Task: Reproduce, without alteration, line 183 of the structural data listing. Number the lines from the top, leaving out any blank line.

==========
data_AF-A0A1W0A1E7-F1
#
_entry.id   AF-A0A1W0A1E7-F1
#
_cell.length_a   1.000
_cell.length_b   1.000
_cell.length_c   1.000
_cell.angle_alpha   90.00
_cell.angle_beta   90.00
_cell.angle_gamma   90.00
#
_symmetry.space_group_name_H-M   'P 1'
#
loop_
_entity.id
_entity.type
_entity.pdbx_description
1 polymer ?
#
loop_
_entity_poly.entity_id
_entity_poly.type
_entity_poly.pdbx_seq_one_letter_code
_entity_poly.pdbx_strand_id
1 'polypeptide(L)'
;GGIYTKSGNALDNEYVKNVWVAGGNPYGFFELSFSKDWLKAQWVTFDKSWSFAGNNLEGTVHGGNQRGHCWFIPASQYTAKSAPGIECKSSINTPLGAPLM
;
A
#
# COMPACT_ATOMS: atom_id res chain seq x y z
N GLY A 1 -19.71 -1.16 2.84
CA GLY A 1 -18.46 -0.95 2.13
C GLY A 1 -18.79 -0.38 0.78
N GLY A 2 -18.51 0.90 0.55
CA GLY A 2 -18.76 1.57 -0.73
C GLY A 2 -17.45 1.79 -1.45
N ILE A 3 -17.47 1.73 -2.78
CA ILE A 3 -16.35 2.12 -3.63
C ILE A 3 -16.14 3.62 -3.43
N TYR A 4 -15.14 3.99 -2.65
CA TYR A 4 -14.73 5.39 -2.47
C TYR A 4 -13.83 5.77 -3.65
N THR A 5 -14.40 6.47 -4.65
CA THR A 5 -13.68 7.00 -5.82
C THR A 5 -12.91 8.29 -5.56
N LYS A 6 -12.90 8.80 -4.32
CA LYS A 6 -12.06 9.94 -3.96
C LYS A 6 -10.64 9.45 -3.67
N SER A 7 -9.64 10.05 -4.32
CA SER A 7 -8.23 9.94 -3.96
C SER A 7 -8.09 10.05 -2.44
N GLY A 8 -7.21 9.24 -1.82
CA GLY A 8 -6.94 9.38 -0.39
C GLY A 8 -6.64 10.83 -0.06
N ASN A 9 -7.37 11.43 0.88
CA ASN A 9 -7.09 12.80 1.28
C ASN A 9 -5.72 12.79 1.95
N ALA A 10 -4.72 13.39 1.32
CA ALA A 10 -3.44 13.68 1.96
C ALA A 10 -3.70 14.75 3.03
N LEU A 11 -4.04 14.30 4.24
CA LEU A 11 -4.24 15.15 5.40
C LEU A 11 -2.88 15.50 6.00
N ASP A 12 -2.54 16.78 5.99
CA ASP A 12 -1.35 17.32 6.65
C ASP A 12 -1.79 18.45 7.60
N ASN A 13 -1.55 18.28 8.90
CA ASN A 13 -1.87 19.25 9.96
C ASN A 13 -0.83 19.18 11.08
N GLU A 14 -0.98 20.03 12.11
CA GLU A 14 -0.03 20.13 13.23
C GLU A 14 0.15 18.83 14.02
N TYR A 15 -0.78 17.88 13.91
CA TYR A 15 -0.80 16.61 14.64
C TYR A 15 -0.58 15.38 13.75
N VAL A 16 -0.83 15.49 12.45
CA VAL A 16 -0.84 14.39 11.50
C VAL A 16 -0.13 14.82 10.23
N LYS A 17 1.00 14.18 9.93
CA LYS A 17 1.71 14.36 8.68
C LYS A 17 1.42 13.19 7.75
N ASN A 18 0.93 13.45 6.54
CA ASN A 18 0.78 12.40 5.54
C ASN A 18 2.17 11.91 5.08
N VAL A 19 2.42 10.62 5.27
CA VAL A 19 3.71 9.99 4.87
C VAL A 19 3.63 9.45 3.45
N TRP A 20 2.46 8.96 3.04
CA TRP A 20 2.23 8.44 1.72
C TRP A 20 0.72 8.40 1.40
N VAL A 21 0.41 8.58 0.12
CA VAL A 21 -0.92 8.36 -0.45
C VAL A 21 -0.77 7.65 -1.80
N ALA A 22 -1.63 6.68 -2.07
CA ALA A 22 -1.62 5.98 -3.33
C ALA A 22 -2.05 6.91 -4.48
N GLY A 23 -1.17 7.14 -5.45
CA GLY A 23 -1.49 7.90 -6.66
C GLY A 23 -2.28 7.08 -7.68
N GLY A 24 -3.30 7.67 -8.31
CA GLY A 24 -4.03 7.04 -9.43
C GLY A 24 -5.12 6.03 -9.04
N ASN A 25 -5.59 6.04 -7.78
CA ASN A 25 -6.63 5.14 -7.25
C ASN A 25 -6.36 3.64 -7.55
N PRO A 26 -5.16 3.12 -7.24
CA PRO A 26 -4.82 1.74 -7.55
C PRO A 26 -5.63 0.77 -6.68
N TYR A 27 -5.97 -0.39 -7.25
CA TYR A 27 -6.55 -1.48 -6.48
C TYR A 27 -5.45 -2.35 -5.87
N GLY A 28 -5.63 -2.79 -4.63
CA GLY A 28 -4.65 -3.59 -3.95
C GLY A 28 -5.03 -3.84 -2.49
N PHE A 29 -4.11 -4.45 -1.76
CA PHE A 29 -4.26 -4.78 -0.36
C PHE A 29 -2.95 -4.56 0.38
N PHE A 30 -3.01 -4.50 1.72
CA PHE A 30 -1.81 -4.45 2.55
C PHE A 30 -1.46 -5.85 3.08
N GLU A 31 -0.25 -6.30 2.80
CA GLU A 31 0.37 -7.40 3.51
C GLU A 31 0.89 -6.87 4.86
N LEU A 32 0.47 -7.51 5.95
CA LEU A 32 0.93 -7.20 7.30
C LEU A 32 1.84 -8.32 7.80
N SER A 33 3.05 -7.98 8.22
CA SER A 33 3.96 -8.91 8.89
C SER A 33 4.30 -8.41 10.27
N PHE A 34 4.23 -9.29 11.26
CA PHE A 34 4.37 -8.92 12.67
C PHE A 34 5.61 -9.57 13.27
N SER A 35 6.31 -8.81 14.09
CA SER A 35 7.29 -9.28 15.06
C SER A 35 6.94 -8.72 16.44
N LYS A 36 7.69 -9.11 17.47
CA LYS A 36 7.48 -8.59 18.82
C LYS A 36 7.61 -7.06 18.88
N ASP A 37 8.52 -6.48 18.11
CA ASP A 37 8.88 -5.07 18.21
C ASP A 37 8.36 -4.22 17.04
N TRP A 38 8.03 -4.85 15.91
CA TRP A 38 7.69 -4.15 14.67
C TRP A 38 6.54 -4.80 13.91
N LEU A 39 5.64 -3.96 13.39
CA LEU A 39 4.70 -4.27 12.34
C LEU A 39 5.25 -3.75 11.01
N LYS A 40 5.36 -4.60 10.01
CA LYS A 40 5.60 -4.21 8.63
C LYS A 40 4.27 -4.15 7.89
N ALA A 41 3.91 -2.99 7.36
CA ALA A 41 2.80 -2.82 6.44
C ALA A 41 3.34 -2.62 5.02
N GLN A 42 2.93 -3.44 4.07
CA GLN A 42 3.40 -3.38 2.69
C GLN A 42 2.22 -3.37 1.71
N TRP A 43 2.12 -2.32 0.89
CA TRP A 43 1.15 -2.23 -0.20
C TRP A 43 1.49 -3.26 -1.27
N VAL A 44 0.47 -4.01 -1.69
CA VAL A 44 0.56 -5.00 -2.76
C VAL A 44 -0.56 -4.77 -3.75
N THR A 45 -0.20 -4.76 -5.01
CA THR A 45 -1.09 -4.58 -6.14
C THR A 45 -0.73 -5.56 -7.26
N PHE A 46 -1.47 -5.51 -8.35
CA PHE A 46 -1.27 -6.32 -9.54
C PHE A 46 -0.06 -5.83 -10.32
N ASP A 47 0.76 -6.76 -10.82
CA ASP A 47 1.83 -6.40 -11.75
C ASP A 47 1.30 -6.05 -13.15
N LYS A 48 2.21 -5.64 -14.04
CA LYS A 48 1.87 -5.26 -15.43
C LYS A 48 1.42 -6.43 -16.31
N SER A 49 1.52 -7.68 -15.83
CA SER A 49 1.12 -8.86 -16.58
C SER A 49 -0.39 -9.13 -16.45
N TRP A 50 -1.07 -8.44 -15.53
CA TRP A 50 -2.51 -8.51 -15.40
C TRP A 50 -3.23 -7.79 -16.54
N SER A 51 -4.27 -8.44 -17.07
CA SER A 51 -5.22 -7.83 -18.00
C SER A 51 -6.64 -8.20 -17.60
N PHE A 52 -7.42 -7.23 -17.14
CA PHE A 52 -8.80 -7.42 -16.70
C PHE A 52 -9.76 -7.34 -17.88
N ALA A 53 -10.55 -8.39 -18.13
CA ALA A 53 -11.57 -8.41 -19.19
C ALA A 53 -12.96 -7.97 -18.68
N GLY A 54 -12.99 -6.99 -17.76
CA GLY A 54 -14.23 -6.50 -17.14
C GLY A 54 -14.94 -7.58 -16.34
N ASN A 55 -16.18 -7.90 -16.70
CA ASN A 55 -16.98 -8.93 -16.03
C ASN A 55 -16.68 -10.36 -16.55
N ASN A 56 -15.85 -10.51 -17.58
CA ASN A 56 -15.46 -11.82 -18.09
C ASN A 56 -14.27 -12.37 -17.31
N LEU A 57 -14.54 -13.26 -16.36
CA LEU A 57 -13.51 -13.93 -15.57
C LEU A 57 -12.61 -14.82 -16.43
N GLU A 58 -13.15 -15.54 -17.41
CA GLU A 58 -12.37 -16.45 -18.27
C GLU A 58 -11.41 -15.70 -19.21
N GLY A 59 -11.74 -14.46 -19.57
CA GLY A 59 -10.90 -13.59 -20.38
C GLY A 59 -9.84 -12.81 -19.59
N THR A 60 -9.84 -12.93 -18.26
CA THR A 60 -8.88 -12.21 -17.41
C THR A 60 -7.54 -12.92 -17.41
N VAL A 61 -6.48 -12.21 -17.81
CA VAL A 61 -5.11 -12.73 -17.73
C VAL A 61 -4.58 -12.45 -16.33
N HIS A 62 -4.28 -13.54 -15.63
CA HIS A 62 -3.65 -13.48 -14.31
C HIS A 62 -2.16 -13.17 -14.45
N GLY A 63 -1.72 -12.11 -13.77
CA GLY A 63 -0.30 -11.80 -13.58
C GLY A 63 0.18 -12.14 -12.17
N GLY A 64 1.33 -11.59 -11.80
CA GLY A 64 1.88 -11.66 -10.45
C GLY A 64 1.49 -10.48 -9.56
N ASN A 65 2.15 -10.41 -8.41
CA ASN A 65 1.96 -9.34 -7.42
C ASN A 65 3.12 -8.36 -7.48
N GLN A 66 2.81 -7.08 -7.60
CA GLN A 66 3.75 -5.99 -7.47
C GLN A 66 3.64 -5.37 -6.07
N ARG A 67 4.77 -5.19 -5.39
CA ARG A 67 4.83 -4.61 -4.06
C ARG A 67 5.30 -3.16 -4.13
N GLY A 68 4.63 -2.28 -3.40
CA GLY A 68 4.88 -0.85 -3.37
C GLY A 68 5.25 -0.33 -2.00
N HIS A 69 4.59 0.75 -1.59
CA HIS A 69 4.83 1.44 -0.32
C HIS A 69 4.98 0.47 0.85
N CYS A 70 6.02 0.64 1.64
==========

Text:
C SER A 51 -6.64 -8.20 -17.60